I have a problem with cloudy looking water from my 4" cased well. It is about 80 feet in depth, with a submersible pump. It was fine for about the first 6 months or so that we used it, then the water started to come out cloudy. Samples taken at that time would be cloudy, then slowly settle out leaving about a quarter inch of extremely fine particles in the bottom of a quart jar. The problem got so bad that the flush tanks on the toilets and the water heater were filling with this sediment. Contacting the contractor who drilled the well and did the pump installation did absolutely no good. All he would do was to send out a couple of guys who would run the water from the well out onto the ground until it appeared to clear up, usually an hour or two, then hook every thing back up. It would cloud up again within an hour after they left Oh yes, the original contractor did replace the pressure tank because the internal bladder had been damaged by the silt in the water. Finally after several months of back and forth with this guy, I gave up.
I have another well(50' shallow well with a jet pump) on the other section of my property. It was put in in 1978, and hasn't been used much in the last 15 or so years. The jet pump still worked, although with lower pressure than the submersible in the new well. I had the water in the old well tested and it came back as safe to use, so I ran a 3/4" line from the old well to my house and tied it into the system with a ball valve cutoff. I isolated the new well from the system and valved in the old one.
Earlier this year, my son got married and we are giving him the other section of my property on which to build a house. So, I started investigating putting the new well back in service. When I first started having problem,s. with this well, I installed a tee at the well head and ran a 1/2" line out through the concrete 24" casing which is around the 4" well head, so I could run water from it while still leaving it isolate from the old well. The first samples I pulled looked like milk and would not settle out at all. I took a sample up to the county health department for them to look at. They had no idea what it was, without sending in off for testing, but they put me in contact with a local well and plumbing contractor. When he came out and looked at the water, he immediately said that it was Benseal leaking into the well. Again, the first thinh he recommended was running the water until it cleared up. The difference was that he said that an hour or two was noy long enough. He had me run water at about 3 to 5 GPM for 5 days continuously. After about 3 days of constant running at that rate, the water cleared up. He came back out at the end of the week, and put an entire (about a quart size) of Florine tablets down the well and told us to let it sit for several days, then run it again until the chlorine smell was gone. That took a couple of days. The reason for the chlorine was that hje had discovered, by accident, that the chlorine somehow caused the suspended Benseal to settle out, and had since used this technique to clear up Benseal contaminated wells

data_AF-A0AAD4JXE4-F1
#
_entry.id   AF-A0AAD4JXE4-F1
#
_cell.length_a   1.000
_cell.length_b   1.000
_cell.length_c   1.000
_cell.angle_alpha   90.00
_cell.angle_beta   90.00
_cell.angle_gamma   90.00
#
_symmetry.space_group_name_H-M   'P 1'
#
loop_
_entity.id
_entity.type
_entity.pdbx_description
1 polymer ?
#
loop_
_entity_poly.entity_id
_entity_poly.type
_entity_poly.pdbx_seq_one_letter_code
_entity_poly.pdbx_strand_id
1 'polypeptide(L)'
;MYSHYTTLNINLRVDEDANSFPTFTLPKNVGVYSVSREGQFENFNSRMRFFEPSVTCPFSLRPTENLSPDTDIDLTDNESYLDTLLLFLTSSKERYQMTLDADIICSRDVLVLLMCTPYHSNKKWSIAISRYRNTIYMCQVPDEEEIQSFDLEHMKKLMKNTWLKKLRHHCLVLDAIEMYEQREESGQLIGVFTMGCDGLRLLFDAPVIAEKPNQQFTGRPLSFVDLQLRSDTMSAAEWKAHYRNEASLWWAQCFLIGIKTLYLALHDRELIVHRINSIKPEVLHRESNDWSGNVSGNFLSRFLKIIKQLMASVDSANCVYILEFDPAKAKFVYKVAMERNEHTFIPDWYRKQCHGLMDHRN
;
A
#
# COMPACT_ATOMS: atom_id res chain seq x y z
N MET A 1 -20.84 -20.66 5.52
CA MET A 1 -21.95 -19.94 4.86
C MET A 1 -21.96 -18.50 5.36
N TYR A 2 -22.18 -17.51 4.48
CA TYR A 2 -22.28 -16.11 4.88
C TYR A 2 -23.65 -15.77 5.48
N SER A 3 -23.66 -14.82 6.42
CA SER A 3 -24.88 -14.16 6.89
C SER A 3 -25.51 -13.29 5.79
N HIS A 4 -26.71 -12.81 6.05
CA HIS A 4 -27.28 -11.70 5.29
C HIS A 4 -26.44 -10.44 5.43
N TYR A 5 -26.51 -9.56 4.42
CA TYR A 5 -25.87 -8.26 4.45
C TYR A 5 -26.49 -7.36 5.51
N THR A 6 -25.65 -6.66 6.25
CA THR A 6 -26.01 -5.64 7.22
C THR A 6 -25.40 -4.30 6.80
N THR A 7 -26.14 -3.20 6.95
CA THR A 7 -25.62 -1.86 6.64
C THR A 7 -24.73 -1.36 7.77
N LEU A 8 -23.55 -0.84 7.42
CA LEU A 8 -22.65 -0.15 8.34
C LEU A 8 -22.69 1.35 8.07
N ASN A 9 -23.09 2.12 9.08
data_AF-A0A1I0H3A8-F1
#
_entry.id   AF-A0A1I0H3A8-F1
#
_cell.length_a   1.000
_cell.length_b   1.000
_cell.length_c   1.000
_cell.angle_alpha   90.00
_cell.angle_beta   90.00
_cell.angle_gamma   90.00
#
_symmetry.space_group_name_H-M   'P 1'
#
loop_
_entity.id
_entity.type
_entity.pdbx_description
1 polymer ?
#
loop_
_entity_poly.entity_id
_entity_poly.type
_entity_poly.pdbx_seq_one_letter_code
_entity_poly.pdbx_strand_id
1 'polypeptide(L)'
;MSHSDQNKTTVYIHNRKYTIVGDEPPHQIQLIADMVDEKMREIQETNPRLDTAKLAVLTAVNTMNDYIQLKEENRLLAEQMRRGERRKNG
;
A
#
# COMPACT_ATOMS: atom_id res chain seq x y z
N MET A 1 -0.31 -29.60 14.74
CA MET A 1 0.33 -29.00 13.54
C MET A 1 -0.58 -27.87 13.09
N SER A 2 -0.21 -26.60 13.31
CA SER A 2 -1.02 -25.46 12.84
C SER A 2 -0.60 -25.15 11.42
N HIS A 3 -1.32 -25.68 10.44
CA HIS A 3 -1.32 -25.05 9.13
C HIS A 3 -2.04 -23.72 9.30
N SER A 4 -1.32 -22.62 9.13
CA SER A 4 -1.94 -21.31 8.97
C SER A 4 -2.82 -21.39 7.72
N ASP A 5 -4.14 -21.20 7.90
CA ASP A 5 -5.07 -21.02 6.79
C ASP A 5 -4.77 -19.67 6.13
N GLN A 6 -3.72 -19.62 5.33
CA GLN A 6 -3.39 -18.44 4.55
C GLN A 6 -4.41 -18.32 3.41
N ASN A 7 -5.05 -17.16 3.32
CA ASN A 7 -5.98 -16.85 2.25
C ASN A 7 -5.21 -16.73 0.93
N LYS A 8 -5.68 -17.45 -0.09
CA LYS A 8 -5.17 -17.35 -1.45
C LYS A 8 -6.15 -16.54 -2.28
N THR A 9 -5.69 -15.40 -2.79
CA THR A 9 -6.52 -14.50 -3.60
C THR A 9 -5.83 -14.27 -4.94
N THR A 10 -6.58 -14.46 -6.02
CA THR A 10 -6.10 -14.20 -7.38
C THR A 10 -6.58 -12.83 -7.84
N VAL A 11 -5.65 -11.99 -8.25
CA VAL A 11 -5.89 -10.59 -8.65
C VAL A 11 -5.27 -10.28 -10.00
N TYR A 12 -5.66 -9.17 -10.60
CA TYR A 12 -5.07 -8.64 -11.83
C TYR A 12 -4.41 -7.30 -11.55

I isolated the old well, and valved the new well back into service. It was crystal clear for a couple of weeks, but now, it is slightly cloudy again. The clarity varies according to how much rain we get. If we go a week or so without any rain, or just light showers, the water stays clearer. But if we get a really heavy downpour, it starts to get cloudy with in a few days after the storm.
One thing that the contractor who told us about the Benseal said is that we might be getting "too much water flow" into the well, and that it is washing the Bensseal grouting into the well. While he was working on the well, he dug up some of the grouting material to show us. It was a soft putty looking material.
Is there anything we can do to stop the leakage into the well, and is drinking water with Benseal in it hazardous? Right now, I don't have the money to drill a new well. My wife and I are a retired couple on a less than fixed income, so a new well is out of the question until I get my tax refund next year.
It seems almost incredible that there was so much benseal used that a water heater and a bladder tank would be comprimised by it and there still be enough to cause issues. How much benseal could they have used in an 80 foot deep well? Maybe what you have is a natural clay washing into the well.